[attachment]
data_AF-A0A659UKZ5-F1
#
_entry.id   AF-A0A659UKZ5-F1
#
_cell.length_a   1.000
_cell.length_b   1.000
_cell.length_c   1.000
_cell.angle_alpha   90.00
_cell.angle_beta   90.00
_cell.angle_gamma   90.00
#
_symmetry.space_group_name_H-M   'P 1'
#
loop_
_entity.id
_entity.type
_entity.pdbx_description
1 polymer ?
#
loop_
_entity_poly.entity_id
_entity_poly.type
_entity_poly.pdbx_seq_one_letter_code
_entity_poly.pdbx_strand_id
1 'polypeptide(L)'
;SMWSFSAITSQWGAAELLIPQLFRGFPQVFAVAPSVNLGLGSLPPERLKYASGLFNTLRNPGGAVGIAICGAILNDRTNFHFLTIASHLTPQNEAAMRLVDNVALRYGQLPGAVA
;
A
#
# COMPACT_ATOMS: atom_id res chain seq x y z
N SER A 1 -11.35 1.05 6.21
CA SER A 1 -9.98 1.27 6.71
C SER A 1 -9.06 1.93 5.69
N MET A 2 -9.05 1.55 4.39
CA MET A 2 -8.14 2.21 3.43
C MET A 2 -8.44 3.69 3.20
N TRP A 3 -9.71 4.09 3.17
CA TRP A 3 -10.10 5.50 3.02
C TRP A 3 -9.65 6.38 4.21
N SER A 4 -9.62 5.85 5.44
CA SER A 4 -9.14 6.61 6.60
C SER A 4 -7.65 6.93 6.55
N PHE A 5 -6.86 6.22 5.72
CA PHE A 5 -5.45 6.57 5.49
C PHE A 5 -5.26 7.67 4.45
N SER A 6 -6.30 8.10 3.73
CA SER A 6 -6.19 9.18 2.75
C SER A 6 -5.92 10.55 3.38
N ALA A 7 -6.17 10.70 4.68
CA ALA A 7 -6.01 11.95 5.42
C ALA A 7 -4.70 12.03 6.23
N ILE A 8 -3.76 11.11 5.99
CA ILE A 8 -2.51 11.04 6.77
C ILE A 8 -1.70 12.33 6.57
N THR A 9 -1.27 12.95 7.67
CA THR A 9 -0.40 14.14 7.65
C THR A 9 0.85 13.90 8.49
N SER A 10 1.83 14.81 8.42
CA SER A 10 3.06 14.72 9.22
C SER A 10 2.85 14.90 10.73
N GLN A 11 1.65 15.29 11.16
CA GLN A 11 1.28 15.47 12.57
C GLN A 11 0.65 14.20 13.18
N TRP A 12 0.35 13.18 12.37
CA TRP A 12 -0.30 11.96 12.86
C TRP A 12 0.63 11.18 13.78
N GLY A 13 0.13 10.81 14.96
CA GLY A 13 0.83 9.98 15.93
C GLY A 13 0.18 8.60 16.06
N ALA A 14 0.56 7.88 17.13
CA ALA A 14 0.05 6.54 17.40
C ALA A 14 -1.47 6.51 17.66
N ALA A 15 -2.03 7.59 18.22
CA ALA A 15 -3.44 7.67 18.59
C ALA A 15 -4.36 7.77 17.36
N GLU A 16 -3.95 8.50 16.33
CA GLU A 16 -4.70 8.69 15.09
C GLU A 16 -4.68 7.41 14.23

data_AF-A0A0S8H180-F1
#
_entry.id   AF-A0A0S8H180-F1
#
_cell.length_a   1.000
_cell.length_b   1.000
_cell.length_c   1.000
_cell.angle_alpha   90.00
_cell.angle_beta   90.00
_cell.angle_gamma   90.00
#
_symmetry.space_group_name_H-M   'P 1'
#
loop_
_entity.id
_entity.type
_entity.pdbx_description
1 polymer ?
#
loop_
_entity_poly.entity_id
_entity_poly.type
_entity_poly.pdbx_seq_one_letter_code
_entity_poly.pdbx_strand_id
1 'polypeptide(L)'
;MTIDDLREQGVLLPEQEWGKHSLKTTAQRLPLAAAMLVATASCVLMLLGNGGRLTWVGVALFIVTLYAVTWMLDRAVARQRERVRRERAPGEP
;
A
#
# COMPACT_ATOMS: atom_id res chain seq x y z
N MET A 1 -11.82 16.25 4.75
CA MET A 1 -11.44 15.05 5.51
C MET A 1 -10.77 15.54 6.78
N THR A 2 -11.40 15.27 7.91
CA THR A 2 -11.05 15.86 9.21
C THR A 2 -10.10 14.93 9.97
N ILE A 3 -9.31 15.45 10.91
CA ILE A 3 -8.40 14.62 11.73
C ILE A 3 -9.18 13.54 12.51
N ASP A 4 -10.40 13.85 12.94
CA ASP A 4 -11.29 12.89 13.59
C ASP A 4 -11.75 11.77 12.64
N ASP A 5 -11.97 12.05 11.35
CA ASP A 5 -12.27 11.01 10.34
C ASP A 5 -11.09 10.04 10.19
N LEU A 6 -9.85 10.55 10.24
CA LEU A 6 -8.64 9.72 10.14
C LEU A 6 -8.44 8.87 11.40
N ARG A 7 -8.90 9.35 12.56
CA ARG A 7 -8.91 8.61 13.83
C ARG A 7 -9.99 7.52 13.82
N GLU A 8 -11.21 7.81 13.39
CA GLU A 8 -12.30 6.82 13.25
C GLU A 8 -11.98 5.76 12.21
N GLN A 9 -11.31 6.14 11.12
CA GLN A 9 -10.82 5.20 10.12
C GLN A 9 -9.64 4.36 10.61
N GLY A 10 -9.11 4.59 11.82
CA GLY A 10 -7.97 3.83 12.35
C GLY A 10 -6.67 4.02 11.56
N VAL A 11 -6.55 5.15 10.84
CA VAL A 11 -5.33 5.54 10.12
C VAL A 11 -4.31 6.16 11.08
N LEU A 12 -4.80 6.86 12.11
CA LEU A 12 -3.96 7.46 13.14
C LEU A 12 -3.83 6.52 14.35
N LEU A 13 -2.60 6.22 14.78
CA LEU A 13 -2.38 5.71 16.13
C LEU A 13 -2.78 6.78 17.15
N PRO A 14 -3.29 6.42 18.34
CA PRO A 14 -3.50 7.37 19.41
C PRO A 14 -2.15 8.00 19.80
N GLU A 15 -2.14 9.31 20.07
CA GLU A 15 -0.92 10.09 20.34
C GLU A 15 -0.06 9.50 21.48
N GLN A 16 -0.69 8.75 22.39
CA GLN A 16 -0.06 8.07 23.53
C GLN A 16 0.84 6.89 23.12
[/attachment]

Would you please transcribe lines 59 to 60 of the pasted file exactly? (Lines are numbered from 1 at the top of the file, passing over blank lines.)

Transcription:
CA SER A 10 3.06 14.72 9.22
C SER A 10 2.85 14.90 10.73